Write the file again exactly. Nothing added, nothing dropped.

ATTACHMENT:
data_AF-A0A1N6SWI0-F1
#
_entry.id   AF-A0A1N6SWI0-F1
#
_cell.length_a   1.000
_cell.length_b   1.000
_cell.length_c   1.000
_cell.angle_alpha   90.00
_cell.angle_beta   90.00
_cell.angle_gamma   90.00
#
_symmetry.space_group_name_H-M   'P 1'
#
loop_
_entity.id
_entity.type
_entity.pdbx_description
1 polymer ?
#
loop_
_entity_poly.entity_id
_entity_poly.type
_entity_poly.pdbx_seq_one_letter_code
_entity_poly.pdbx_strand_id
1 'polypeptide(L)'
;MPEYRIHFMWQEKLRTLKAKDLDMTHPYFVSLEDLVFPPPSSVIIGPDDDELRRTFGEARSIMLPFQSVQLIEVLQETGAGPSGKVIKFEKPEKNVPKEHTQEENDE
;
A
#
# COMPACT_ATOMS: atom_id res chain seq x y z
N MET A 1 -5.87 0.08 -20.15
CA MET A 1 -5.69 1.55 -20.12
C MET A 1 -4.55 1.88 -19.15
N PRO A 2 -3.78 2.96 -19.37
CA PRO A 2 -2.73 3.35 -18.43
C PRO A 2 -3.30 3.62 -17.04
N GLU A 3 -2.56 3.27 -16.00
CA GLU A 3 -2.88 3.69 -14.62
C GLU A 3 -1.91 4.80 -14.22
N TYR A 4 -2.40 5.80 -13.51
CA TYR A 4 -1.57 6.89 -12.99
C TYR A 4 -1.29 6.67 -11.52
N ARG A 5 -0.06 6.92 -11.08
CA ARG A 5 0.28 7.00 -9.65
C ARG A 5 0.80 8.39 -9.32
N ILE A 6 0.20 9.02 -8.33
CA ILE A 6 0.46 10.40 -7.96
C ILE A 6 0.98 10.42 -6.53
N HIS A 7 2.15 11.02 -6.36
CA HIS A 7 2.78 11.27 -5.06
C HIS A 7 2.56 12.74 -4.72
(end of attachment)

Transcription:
data_AF-A0A1N6SWI0-F1
#
_entry.id   AF-A0A1N6SWI0-F1
#
_cell.length_a   1.000
_cell.length_b   1.000
_cell.length_c   1.000
_cell.angle_alpha   90.00
_cell.angle_beta   90.00
_cell.angle_gamma   90.00
#
_symmetry.space_group_name_H-M   'P 1'
#
loop_
_entity.id
_entity.type
_entity.pdbx_description
1 polymer ?
#
loop_
_entity_poly.entity_id
_entity_poly.type
_entity_poly.pdbx_seq_one_letter_code
_entity_poly.pdbx_strand_id
1 'polypeptide(L)'
;MPEYRIHFMWQEKLRTLKAKDLDMTHPYFVSLEDLVFPPPSSVIIGPDDDELRRTFGEARSIMLPFQSVQLIEVLQETGAGPSGKVIKFEKPEKNVPKEHTQEENDE
;
A
#
# COMPACT_ATOMS: atom_id res chain seq x y z
N MET A 1 -5.87 0.08 -20.15
CA MET A 1 -5.69 1.55 -20.12
C MET A 1 -4.55 1.88 -19.15
N PRO A 2 -3.78 2.96 -19.37
CA PRO A 2 -2.73 3.35 -18.43
C PRO A 2 -3.30 3.62 -17.04
N GLU A 3 -2.56 3.27 -16.00
CA GLU A 3 -2.88 3.69 -14.62
C GLU A 3 -1.91 4.80 -14.22
N TYR A 4 -2.40 5.80 -13.51
CA TYR A 4 -1.57 6.89 -12.99
C TYR A 4 -1.29 6.67 -11.52
N ARG A 5 -0.06 6.92 -11.08
CA ARG A 5 0.28 7.00 -9.65
C ARG A 5 0.80 8.39 -9.32
N ILE A 6 0.20 9.02 -8.33
CA ILE A 6 0.46 10.40 -7.96
C ILE A 6 0.98 10.42 -6.53
N HIS A 7 2.15 11.02 -6.36
CA HIS A 7 2.78 11.27 -5.06
C HIS A 7 2.56 12.74 -4.72